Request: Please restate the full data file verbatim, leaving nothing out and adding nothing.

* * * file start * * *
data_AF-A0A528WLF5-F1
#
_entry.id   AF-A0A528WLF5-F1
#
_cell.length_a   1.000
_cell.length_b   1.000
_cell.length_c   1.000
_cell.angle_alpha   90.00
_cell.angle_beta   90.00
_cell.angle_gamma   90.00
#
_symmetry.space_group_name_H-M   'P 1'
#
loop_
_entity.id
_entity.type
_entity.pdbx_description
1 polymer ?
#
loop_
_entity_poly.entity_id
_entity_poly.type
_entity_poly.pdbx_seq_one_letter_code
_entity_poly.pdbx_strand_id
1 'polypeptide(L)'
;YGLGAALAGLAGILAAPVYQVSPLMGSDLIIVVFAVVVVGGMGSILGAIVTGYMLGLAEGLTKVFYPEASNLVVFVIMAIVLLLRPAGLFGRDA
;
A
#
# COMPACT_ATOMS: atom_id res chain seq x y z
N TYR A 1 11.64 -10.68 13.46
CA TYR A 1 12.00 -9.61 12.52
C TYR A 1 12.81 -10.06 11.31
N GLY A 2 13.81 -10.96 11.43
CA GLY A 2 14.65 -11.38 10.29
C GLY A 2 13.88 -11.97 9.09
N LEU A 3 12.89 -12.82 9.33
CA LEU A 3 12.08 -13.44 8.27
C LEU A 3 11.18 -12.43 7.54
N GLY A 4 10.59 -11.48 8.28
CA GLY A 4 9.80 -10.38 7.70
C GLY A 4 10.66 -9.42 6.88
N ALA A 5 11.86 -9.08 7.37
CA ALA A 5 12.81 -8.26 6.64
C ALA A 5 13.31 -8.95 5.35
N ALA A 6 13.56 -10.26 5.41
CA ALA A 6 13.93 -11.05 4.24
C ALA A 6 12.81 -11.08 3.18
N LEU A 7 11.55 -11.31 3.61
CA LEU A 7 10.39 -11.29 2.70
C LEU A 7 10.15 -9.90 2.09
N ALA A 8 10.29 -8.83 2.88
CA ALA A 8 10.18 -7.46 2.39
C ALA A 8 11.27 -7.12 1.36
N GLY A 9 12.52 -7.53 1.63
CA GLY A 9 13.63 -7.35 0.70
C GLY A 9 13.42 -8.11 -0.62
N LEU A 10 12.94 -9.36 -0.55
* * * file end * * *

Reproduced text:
data_AF-A0A528WLF5-F1
#
_entry.id   AF-A0A528WLF5-F1
#
_cell.length_a   1.000
_cell.length_b   1.000
_cell.length_c   1.000
_cell.angle_alpha   90.00
_cell.angle_beta   90.00
_cell.angle_gamma   90.00
#
_symmetry.space_group_name_H-M   'P 1'
#
loop_
_entity.id
_entity.type
_entity.pdbx_description
1 polymer ?
#
loop_
_entity_poly.entity_id
_entity_poly.type
_entity_poly.pdbx_seq_one_letter_code
_entity_poly.pdbx_strand_id
1 'polypeptide(L)'
;YGLGAALAGLAGILAAPVYQVSPLMGSDLIIVVFAVVVVGGMGSILGAIVTGYMLGLAEGLTKVFYPEASNLVVFVIMAIVLLLRPAGLFGRDA
;
A
#
# COMPACT_ATOMS: atom_id res chain seq x y z
N TYR A 1 11.64 -10.68 13.46
CA TYR A 1 12.00 -9.61 12.52
C TYR A 1 12.81 -10.06 11.31
N GLY A 2 13.81 -10.96 11.43
CA GLY A 2 14.65 -11.38 10.29
C GLY A 2 13.88 -11.97 9.09
N LEU A 3 12.89 -12.82 9.33
CA LEU A 3 12.08 -13.44 8.27
C LEU A 3 11.18 -12.43 7.54
N GLY A 4 10.59 -11.48 8.28
CA GLY A 4 9.80 -10.38 7.70
C GLY A 4 10.66 -9.42 6.88
N ALA A 5 11.86 -9.08 7.37
CA ALA A 5 12.81 -8.26 6.64
C ALA A 5 13.31 -8.95 5.35
N ALA A 6 13.56 -10.26 5.41
CA ALA A 6 13.93 -11.05 4.24
C ALA A 6 12.81 -11.08 3.18
N LEU A 7 11.55 -11.31 3.61
CA LEU A 7 10.39 -11.29 2.70
C LEU A 7 10.15 -9.90 2.09
N ALA A 8 10.29 -8.83 2.88
CA ALA A 8 10.18 -7.46 2.39
C ALA A 8 11.27 -7.12 1.36
N GLY A 9 12.52 -7.53 1.63
CA GLY A 9 13.63 -7.35 0.70
C GLY A 9 13.42 -8.11 -0.62
N LEU A 10 12.94 -9.36 -0.55